As Starbucks evolves, they are also aware of the heath-conscious consumers. The skinny latte, for example, is a twist on the popular steamed-milk and espresso drink that comes with an optional flavor such as vanilla.
As opposed to the normal latte, the skinny latte uses non-fat milk, and if the customer asks for a flavor, they get sugar-free flavors. In other words, reduced sugar and fat content is a normal, advertised option. Instead of ordering a "non-fat, sugar-free tall vanilla latte," customers can now order a "tall skinny vanilla latte." With in-store advertising and menu inclusion, other health-conscious consumers that didn't know "skinny" was an option also are now aware and as such, SBUX gains customer loyalty for their excellent menu evolution.
While staying true to the health movement, Starbucks also is on top of their indulgence category, which of course, is a natural fit for a coffee shop menu.
For example, when cake-pops became popular, which are like lollipops but with cake and a hardened frosting coating, the company issued a few flavors and encouraged customers to try them. They became a hit, and instead of becoming big grocery store hits, they became a Starbucks hit. The local Starbucks locations in San Diego and Palm Springs all carry cake pops to this day, however, the local grocery store bakeries rarely sell them, and when they do, customers usually don't have the option of buying just one.
Starbucks Cake Pop Ad
Currently, I go to Starbucks just about every other day, their customer service is top-class and the quality of every item I buy there could not be better.
2. Taco Bell - YUM! Brands, Inc. (NYSE:YUM)
Although I only frequent Taco Bell about one time per month, I do enjoy the food. The reason I don't go there often is because there are real Mexican food options in San Diego, such as taco shops that make locally-in-demand options, such as large burritos, fish tacos, rolled tacos with guacamole, enchiladas and, of course, plates that come with beans and Spanish rice.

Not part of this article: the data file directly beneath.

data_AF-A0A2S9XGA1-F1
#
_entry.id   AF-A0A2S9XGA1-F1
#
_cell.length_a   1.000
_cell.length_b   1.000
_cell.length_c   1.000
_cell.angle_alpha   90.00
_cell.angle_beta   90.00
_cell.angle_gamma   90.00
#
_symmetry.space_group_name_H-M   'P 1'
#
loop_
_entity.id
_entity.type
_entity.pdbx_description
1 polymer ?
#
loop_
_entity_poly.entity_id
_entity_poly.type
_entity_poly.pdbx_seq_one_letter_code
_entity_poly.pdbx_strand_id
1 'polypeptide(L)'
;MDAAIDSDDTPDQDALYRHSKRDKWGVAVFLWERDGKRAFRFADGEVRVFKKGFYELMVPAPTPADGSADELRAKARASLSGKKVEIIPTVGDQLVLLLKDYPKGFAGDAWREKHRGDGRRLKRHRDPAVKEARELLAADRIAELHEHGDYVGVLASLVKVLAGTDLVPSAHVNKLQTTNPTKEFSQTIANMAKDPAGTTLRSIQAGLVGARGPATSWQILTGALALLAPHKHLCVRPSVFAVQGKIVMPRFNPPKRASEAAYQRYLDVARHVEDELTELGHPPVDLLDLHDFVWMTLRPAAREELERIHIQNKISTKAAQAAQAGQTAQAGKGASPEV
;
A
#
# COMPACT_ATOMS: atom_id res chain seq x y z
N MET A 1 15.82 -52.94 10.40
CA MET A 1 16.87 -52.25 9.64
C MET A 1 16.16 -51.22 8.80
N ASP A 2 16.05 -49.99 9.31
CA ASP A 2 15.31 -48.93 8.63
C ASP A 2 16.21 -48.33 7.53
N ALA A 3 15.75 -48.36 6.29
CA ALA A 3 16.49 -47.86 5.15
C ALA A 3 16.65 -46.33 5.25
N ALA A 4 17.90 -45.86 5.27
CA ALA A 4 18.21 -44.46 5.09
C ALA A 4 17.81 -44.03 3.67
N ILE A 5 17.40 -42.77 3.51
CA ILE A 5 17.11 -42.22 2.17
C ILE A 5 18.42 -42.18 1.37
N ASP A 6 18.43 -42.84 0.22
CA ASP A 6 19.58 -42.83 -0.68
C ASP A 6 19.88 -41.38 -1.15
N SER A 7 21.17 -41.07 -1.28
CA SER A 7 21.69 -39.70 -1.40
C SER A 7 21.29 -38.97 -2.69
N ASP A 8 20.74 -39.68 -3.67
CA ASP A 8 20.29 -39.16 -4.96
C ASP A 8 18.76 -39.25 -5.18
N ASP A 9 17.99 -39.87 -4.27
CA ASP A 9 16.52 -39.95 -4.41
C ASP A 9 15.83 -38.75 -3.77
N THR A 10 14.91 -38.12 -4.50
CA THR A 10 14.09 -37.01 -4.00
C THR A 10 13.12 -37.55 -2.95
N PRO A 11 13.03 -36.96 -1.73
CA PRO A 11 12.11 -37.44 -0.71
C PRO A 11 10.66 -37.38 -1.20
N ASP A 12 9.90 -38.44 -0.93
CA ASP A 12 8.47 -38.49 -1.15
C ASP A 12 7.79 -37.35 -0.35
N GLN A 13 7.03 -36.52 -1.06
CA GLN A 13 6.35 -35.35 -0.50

When I leave San Diego, there are generally fewer Mexican food options the further I travel. In Oregon, for example, finding good Mexican food is nearly impossible and there is no such thing as a "taco shop." With this truism spread across America and the world, I can imagine how important Taco Bell is to satisfy that particular food craving.
The quality of Taco Bell food, for what it is (very small items, no fish tacos, etc..), strikes me as high-quality. The menu evolution is excellent, as well. I still remember the new double-decker taco when it came out, as the commercial with Shaquille O'Neil made it look very tasty. Of course, it's been a menu staple ever since.
Another great stroke of genius in company history was the recent replacement of the small hot sauce packets with larger packets. Rather than open a new packet with every bite of a menu item, now one packet seems to be fit for an entire taco or burrito.
To top the great menu off, Taco Bell serves Mountain Dew. I rarely drink Mountain Dew, however, the mix of that soda and Taco Bell food just happens to be simply amazing.
Also, I like to go to Taco Bell because I can count on their A+ service The workers are very fast and are known to get the order correct. As many know, when a drive-thru order is incorrect, it's usually tough luck, as nobody wants to drive back, let alone go inside to rectify a mistake.
For thirsty folks, Taco Bell drive-thru employees are a dream come true. Rather than make you wait for your drink, their standard policy is to hand you your drink when you give them your payment. Before you get change or a credit card receipt, boom -- you have a drink in your hand. Now that's customer service.
Taco Bell scores a 10 on both food quality and customer service, however, since I only go there about once a month, the total score, using my proprietary grading system, is a 71, or C-. If I lived outside of the Mexican-food zone, where no taco shops or good Mexican restaurants were available, I'm sure I would eat there much more often.